Alternatives to checking baggage on the rise
As airlines become less willing to allow free or unlimited baggage checking, companies offering alternative methods for getting what you need to your vacation destination look forward to a good year.
Even before new baggage policies were announced, a handful of companies offering to ship your luggage found a niche market in luxury travel.
Luggage Forward, a company based in Boston, offers to pick your luggage up anywhere you’d like, whenever you’d like and deliver it to your hotel. Like the postal service, they charge according to weight and desired speed of delivery.
The Luggage Club, in Oshkosh, Wisconsin, does the same thing. Using companies like these means travelers never have to worry about carrying their belongings around.
Because the company moves them for you, there’s no risk of them being stolen or forgotten. There’s no need to stand in long checking lines, or risk them missing a transfer. No need to stand around waiting at the luggage carousel or rent a large vehicle to haul several bags.
Unlike the post office or the airlines, these companies also have money-back guarantee policies. If your stuff doesn’t arrive on time with Luggage Forward, they’ll give you money to rent what you’re missing, said Zeke Adkins, co-founder.
"Every time something does occur, like United (Airlines) increasing their price we see an upswing every time," said Todd Kempinger, president of The Luggage Club.
The new air line policies have these companies so excited that High Country Shipping, a company out of Telluride, is opening new branch offices in Jackson Hole, Steamboat, Vale, Aspen and Park City.
John Humphries, the regional director, said it’s still too early to tell what the season will be like, but that they’re expecting an up-tick in business.
He said the value of having locations in these resort towns is that they’re able to arrange storage of baggage. The other companies contract out their service since they don’t have people on the ground. Because High Country Shipping will have people in Park City, hotels won’t be stuck storing luggage for people who haven’t arrived yet or already left.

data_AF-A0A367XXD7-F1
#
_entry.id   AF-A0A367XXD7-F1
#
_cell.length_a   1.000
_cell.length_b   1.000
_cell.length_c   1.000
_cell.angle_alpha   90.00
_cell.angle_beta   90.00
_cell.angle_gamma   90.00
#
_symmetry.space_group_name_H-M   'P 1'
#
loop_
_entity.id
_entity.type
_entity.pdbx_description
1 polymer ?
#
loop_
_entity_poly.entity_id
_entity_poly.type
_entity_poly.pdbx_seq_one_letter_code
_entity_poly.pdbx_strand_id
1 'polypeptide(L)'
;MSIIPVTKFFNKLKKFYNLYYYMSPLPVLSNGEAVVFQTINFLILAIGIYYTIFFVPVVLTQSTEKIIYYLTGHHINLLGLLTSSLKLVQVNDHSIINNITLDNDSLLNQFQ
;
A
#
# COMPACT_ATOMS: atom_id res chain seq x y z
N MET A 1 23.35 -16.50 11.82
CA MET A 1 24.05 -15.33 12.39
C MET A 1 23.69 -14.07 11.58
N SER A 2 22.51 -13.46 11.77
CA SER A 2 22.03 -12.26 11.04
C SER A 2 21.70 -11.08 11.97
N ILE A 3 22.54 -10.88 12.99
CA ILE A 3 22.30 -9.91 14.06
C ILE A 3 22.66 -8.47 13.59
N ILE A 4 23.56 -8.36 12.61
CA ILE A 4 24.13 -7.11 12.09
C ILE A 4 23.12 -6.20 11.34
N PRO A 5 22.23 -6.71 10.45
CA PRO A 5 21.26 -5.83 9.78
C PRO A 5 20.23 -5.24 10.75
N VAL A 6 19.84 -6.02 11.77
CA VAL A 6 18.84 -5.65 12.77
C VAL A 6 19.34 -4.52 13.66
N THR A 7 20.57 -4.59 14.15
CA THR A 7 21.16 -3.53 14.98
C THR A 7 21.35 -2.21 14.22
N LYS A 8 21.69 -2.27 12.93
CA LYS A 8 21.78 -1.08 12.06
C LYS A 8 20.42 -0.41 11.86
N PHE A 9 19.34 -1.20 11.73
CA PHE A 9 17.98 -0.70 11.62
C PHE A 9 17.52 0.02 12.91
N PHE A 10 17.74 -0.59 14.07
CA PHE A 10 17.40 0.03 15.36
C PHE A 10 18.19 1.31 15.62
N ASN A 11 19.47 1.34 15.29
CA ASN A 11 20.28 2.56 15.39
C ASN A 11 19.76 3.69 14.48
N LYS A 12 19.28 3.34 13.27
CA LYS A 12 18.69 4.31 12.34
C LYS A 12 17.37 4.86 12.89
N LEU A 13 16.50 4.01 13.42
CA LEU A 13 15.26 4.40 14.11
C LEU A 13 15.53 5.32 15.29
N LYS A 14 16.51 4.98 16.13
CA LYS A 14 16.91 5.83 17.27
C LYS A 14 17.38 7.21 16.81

" removing that responsibility from the hotels, it allows them to improve the experience of people traveling to the destination. Anything you can do to improve the experience is helpful," Humphries said.
While some of the companies can come close to Fed-Ex and similar services some of the time, bargain hunters would be better off using traditional shipping services. They lack the luxury of never worrying about luggage, but can be half, sometimes a fraction, of the cost.
Some travelers plan ahead and ship their clothes in cardboard boxes to hotels through the post office and save money while lightening their load on the flight.
While avid skiers who know and love their own equipment might be interested in shipping their bulky skis, some say renting is likely to become more popular than ever.
Park City rental businesses are hoping more people will use them instead of bringing their own, but three interviewed couldn’t help worrying about the numbers this year.
"Everyone has fear and trepidation of the economy," said Greg Ottoson, owner of Aloha Ski and Snowboard on Main Street. "If it was a normal year with the normal number of skiers, yes, we’d be excited."
Jamie Peters, owner of Park City Sport, said she’s not planning on the air line policies making a difference since she’s expecting an overall slowing of tourism this year.
Desiree Lindemann, a buyer at White Pines Touring said she agrees, but still believes people will take ski vacations as long as there’s snow.
Lindemann said her company shipped a lot of bicycles this summer for visitors and thinks it might be the same for skis. Overall, she said renting is cheaper for visitors.
Ottoson said the rule of thumb is 30 days per year. If people ski less than that, renting is the cheapest option for them. Also, by renting, people can try the newest and best gear. Peters said that’s the only way for people to know what they like.
If they’re too new to the sport to know, renting allows them to use real basic skis for a bargain, Ottoson said. But 20 to 30 percent of his customers want to use the high-end, cutting edge equipment.
Airline baggage fees (according to About.com):
American: 2 bags: $40, 3 bags: $140
Continental: Business class travelers are allowed 3 bags without charge. Additional bags are $100. Bags weighing between 50-70 lbs. incur a fee of $50 per item.
Delta: Checked bags must weigh less than 50 lbs. An extra bag that goes over the weight limit and the size limit will create 3 charges. These charges each range from $25-$150.
United: Each passenger $15 for the first checked bag. Oversized bags (beyond 50 lbs.) incur a fee of $125.
Jet Blue: 1 checked bag and 1 stroller are permitted without charge. A second checked bag requires a $20 fee. The third bag incurs a $75 fee.
Northwest: Each ticketed passenger is allowed 1 piece of checked luggage. Second piece is $25.
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Park City Mountain Resort owner Vail Resorts in early June submitted a letter to the Park City Planning Commission in support of a Provo developer’s blueprints for a major project at the resort.